Figure 1E represents an optical plane retrospectively retrieved from the 3D data set of the PB, which exactly corresponds to its Epon-embedded counterpart at low-power magnification on EM (Figure 1F). Notably, not only the external contour of this PB, but also its internal details (Figure 1, E and F) are exactly comparable between the fluorescence slice (Figure 1E) and its Epon-embedded counterpart (Figure 1F). A close-up view (Figure 2A) of the target area (Figure 1F) demonstrates randomly oriented fibrils 15 nm in diameter labeled by abundant electron-dense particles (Figure 2, B and C). These fibrils had no spatial relationship with Golgi apparatus, the endoplasmic reticulum, and the lysosomes, and their clusters (PBs) are not surrounded by limiting membrane. These electron-dense particles are rod-shaped with a halo, a morphological signature compatible with QD655 (Figure 2C. Furthermore, EDX spot analysis demonstrated two parallel peaks representing Se and Cd exclusively on these particles (Figure 2, C-E), whereas these peaks were not evident on fibrils without these particles (Figure 2, C and F) and on background (Figure 2, C and G), which confirmed the identity of these electron-dense particles on fibrils as QD.
      Figure thumbnail gr2
      Figure 2Higher magnifications of a PB immunolabeled by QD655, confirmed by energy-dispersive X-ray analysis. Panel A corresponds to the rectangle shown in , E and F. Arrows indicate the identical mitochondria as seen in F. B: A higher magnification of the rectangle in A. C: Higher magnification of the rectangle in B. DG: EDX spectra at the points indicated by arrowheads in C. D and E: QD655 on the fibers, where combined peaks corresponding to Se and Cd are confirmed as specific constituents of QD655. These peaks were absent on the fiber without QD655 (F) and background (G) 200-kV high-angle annular dark-field STEM mode. Scale bars: 0.5 μm (A); 100 nm (B); and 50 nm (C).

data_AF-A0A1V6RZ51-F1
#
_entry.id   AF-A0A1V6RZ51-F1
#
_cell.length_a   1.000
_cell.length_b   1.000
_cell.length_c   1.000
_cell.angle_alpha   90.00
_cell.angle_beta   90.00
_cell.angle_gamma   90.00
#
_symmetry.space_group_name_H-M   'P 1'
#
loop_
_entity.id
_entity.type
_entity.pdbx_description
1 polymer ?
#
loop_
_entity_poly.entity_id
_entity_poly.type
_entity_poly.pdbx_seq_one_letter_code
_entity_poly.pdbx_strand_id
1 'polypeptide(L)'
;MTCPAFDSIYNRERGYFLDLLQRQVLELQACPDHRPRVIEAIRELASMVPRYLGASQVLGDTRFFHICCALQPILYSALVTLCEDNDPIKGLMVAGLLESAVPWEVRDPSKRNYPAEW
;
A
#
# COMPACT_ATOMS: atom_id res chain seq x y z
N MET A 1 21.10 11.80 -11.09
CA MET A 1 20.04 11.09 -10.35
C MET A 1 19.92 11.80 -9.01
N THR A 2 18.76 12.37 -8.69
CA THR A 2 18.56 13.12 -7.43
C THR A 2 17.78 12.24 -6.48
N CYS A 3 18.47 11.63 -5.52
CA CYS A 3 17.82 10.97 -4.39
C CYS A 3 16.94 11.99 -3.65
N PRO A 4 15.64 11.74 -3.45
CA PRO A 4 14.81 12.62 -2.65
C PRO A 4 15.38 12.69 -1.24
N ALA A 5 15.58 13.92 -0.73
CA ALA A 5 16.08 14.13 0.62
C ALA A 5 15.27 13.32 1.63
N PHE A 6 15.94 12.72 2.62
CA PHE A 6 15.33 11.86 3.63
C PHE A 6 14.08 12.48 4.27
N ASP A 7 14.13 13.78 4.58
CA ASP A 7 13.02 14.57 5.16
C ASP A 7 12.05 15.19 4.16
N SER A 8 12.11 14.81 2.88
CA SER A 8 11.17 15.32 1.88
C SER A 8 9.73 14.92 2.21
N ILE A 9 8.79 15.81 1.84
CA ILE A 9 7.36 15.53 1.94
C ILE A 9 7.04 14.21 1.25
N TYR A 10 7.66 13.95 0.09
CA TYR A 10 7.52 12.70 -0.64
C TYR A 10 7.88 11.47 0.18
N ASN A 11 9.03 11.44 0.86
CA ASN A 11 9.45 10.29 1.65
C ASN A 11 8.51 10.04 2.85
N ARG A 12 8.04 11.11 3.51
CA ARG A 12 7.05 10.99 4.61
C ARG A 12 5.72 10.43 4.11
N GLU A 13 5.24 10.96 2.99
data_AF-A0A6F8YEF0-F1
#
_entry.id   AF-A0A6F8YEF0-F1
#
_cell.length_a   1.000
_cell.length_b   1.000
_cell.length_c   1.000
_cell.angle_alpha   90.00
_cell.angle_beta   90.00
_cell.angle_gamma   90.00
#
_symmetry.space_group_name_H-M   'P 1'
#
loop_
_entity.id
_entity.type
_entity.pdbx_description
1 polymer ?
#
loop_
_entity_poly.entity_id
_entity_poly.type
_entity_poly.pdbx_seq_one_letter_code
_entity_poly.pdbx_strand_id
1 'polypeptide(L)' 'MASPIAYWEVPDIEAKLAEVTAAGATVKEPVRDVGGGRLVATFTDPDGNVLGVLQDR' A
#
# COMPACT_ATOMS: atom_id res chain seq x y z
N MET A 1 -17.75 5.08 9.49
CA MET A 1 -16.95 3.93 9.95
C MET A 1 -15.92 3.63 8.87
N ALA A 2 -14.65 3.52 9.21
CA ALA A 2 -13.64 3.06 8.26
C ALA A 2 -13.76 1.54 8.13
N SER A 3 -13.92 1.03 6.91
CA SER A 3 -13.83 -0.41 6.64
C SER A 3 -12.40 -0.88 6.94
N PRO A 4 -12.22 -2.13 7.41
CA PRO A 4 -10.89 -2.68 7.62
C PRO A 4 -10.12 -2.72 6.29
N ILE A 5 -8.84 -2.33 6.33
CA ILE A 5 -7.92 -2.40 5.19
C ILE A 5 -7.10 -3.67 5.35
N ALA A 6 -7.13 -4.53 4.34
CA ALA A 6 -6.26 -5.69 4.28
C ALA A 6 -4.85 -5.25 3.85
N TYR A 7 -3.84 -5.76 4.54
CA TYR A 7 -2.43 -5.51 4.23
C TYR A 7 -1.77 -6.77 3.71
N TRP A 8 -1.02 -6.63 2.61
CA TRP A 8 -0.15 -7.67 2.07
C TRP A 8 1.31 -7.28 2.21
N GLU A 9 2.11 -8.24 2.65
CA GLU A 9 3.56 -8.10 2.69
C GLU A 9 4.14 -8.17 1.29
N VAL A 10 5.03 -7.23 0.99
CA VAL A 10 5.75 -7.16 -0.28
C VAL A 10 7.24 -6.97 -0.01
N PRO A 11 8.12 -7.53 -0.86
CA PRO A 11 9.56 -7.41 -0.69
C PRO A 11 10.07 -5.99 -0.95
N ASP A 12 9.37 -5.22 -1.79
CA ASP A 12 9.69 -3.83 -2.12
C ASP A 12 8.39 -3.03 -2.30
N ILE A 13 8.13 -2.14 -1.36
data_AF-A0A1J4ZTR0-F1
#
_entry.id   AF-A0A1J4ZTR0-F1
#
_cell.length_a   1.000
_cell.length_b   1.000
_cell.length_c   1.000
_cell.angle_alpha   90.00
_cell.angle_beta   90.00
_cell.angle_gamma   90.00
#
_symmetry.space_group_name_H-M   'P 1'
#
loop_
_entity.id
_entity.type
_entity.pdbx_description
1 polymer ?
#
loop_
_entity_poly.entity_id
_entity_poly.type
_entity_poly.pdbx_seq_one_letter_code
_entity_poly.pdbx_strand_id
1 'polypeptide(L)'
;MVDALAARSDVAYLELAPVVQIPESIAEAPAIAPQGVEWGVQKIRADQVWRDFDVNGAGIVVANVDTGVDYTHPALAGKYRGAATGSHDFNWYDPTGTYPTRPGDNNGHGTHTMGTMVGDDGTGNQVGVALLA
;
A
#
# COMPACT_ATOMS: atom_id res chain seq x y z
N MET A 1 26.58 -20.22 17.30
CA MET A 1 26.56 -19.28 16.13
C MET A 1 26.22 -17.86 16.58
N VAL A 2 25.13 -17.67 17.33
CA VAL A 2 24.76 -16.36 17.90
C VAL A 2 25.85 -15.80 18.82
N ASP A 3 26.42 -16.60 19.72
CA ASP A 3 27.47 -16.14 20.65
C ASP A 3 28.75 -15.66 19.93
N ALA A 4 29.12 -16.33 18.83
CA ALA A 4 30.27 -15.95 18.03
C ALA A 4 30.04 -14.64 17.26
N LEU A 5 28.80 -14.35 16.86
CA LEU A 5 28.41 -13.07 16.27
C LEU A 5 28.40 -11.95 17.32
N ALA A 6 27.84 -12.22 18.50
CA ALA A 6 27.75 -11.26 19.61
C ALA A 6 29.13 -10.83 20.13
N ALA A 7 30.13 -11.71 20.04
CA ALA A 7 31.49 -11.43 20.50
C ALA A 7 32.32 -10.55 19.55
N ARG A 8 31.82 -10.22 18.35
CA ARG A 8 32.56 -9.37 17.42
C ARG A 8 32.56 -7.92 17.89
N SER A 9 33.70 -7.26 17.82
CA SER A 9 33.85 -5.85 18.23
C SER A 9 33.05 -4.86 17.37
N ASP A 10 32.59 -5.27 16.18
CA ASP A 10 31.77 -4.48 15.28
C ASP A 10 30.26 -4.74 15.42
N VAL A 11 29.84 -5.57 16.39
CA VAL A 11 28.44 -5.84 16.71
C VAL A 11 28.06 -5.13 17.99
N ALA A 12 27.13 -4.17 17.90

Discussion

      Some degenerative lesions in the human brain are characterized by progressive aggregation of multiple proteins to form representative 3D complexes as a signature of the disease process.
      • Uchihara T.
      • Nakamura A.
      • Nakayama H.
      • Arima K.
      • Ishizuka N.
      • Mori H.
      • Mizushima S.
      Triple immunofluorolabeling with two rabbit polyclonal antibodies and a mouse monoclonal antibody allowing three-dimensional analysis of cotton wool plaques in Alzheimer disease.
      Because these lesions chronologically develop by being molded according to underlying structures, their biochemical and structural compositions are not homogeneous, and their diversity may represent some differences according to the nature and developing stage of the lesion. One of the examples is Lewy bodies, where progressive aggregation of αS, initially as pale bodies, evolves into more solid Lewy bodies,
      • Forno L.S.
      Neuropathology of Parkinson's disease.
      • Spillantini M.G.
      • Schmidt M.L.
      • Lee V.M.
      • Trojanowski J.Q.
      • Jakes R.
      • Goedert M.
      Alpha-synuclein in Lewy bodies.
      whereas their relation to axonal aggregates remained speculative. Recently, we were successful in detecting αS-positive fibers in axons by first identifying their fluorescent profile of QDs, which labeled the target axonal aggregates, followed by EM observation of the exact same axonal aggregate, where QD labeling is detectable as electron-dense particles with a characteristic halo.
      • Kanazawa T.
      • Adachi E.
      • Orimo S.
      • Nakamura A.
      • Mizusawa H.